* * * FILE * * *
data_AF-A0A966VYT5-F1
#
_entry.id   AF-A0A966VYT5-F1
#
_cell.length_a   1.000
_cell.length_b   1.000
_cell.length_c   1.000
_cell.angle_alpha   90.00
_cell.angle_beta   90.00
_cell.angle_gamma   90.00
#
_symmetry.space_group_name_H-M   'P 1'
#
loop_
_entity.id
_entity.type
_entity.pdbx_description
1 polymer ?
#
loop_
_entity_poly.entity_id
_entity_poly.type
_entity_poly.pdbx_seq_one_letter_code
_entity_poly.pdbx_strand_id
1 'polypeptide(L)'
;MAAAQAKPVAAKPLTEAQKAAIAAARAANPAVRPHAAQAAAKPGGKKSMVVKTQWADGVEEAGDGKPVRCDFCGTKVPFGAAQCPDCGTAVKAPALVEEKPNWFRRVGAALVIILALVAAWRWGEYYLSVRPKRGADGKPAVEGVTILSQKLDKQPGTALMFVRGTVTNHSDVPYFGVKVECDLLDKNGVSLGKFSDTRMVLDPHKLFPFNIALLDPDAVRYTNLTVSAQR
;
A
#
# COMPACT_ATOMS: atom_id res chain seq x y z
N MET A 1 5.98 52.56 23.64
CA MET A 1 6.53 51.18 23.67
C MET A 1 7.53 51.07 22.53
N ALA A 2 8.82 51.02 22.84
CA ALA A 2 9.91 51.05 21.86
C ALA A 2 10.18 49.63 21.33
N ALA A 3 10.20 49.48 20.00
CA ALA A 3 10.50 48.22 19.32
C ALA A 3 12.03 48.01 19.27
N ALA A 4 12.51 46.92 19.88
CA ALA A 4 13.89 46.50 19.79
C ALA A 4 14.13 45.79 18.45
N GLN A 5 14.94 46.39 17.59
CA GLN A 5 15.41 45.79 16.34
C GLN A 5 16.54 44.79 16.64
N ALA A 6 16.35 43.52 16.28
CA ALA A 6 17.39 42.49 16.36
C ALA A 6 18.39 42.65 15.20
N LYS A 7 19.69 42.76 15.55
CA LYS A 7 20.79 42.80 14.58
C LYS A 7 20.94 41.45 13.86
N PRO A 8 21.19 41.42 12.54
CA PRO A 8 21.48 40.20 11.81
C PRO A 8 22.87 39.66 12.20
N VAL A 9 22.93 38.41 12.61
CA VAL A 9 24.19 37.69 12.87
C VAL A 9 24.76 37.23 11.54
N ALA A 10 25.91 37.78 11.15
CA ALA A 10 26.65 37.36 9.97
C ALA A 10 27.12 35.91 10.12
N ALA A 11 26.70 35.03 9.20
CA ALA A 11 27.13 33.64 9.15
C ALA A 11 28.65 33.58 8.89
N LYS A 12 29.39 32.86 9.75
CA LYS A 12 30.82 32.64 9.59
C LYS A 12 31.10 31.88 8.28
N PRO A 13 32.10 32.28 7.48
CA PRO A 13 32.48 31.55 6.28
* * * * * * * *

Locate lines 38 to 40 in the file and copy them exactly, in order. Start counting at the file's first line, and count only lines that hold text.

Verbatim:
CA ALA A 3 10.50 48.22 19.32
C ALA A 3 12.03 48.01 19.27
N ALA A 4 12.51 46.92 19.88